Super Lawyers
William C. Altreuter

Monday, April 16, 2012

I did not know that the ABA's accreditation rules prohibit more than 20% of a law school’s teaching to be done by practicing lawyers. Putting as positive a spin on that as possible, I'd say that the point of the rule is to prevent law schools from constructing part-time faculty- and that makes a certain kind of sense. Unfortunately, the 80% that constitute the majority of the faculty are overwhelming people whose practice experience, to the extent that they have any at all, largely consists of a year or so of a judicial clerkship (valuable-- I wish I'd had the opportunity-- but not really practicing), followed by maybe five years at a large firm, or in the DOJ, or some other, similar post. Very fancy, to be sure, but not really laboring in the trenches either.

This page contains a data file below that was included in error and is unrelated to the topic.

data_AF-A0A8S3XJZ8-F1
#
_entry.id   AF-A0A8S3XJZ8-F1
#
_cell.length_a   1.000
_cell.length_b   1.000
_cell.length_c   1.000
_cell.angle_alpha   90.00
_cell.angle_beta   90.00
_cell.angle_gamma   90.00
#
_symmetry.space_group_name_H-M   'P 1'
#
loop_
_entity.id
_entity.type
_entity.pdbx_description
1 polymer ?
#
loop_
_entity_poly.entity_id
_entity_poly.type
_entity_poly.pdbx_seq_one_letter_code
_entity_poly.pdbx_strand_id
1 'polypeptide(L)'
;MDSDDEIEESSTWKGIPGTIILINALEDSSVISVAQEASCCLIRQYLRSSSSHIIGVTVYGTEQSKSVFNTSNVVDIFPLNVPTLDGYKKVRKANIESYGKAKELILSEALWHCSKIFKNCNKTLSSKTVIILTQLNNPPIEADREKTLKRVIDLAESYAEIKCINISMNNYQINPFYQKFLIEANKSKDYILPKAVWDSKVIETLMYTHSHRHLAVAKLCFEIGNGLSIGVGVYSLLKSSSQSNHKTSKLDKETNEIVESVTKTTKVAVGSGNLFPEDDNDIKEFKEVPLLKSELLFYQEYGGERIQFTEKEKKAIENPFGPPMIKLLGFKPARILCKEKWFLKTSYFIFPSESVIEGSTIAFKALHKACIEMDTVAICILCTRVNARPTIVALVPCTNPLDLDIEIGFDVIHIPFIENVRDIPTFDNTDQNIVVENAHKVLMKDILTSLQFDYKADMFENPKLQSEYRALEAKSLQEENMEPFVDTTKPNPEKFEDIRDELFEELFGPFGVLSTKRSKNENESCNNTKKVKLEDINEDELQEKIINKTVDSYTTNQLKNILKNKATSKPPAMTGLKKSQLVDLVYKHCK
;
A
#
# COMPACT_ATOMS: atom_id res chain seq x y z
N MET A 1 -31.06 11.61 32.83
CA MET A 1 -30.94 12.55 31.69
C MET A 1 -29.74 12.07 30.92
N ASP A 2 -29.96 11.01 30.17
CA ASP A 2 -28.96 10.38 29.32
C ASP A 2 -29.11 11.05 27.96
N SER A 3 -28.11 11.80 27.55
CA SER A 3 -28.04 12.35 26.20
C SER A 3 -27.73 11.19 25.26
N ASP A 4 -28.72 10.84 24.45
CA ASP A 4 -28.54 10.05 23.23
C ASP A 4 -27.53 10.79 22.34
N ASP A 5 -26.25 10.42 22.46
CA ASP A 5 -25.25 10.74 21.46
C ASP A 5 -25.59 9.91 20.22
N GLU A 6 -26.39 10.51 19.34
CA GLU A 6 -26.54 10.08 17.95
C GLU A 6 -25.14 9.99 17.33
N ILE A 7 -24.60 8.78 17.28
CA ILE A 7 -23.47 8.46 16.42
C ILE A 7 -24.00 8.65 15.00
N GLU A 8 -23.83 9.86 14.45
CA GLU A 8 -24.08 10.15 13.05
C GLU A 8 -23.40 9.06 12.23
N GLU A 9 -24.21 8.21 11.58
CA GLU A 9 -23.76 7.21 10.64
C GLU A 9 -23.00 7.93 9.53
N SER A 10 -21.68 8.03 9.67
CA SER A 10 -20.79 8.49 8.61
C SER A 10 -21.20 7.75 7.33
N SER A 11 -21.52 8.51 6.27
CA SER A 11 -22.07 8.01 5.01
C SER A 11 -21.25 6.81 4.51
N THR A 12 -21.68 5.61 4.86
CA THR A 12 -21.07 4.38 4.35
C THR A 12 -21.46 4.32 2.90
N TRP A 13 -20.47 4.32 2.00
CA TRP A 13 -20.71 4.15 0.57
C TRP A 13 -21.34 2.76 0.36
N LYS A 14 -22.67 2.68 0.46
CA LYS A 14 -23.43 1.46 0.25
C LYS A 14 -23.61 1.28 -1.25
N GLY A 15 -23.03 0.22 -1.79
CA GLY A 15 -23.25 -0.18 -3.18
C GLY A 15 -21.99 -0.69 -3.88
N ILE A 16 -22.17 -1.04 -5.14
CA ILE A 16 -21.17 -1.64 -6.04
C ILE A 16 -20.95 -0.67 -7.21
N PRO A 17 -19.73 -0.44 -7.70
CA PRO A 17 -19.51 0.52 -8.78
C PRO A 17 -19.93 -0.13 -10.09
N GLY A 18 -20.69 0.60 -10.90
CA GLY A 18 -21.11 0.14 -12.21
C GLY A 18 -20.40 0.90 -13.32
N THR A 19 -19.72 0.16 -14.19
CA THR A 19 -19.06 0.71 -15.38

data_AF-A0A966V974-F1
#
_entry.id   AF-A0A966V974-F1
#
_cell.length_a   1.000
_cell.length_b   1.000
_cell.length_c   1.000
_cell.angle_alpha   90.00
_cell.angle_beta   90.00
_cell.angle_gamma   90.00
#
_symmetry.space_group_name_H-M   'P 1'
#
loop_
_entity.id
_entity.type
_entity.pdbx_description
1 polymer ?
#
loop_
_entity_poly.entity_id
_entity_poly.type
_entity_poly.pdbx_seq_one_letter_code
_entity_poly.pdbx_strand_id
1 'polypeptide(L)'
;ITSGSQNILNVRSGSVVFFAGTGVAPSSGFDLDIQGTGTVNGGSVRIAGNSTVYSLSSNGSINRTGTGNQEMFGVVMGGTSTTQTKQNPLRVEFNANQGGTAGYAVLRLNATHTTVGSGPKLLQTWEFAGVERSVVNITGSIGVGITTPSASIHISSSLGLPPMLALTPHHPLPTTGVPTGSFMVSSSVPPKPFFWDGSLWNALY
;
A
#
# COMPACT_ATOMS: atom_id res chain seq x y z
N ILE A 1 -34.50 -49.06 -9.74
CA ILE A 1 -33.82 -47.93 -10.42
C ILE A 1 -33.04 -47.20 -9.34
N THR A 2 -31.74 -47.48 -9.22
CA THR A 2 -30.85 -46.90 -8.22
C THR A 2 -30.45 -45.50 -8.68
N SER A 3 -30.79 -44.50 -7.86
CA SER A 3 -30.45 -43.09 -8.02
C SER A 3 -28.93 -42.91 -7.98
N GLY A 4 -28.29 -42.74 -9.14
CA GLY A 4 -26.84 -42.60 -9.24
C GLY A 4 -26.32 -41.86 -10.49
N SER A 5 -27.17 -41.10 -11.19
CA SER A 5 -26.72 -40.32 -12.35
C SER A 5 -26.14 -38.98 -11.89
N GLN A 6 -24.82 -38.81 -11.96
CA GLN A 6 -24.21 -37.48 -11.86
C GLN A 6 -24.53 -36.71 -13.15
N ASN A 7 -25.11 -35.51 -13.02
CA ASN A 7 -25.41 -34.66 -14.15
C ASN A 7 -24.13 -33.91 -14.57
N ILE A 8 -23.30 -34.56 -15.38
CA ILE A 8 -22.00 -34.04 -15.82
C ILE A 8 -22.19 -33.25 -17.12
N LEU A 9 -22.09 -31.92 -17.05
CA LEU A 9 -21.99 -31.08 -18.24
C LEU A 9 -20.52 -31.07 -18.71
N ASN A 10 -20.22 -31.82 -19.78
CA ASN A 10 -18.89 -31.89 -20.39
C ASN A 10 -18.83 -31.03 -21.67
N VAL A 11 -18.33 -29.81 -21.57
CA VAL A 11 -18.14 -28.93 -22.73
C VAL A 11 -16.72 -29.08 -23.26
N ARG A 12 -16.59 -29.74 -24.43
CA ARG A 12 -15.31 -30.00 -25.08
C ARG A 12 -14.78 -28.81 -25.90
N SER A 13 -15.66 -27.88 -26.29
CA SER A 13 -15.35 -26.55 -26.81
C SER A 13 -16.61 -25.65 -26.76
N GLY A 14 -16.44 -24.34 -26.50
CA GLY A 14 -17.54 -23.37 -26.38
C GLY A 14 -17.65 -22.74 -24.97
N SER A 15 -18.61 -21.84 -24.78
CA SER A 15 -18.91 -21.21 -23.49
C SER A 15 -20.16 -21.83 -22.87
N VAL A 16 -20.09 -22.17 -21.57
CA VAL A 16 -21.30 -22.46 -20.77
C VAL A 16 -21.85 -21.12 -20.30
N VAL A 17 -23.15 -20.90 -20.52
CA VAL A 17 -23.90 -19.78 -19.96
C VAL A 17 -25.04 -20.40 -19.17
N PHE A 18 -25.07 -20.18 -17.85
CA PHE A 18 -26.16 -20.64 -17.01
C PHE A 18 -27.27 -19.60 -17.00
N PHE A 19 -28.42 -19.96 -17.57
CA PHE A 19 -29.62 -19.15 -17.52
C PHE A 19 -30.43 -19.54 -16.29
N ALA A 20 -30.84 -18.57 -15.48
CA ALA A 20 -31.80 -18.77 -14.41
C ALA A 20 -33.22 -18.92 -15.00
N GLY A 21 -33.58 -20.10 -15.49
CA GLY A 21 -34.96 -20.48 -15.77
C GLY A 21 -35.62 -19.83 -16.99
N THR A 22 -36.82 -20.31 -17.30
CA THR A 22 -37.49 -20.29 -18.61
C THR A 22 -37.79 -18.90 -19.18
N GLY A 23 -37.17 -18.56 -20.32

In a way it is a moot point. Law schools are producing far more lawyers than the market can absorb, so the fact that they are not actually teaching people much about how to help clients by practicing law is irrelevant. Despite this, I still believe that law is a legitimate subject to study, and a worthy career to pursue, but I wish that the institutions that should be the most responsible for forming our professional culture would behave more responsibly. If I were king of legal education I'd do a few things. I'd eliminate roughly a third of the law schools in the country, for starters. Law schools that are free-standing -- unaffiliated with research universities-- would be the first to go. I would consider instituting a rule which would limit the number of law schools in a state on the basis of the population of the state. I would require that all law school applicants spend a minimum of one year outside of school- and I might extend the real-world requirement to three years, subject to some very narrow exceptions. I would require that at least 20% of the credits required for graduation and bar exam eligibility be skills based courses, and I would start looking at optional ways to reduce the curriculum to two instead of three years. (For some the third year is a good thing, I think.)

That would be a start.

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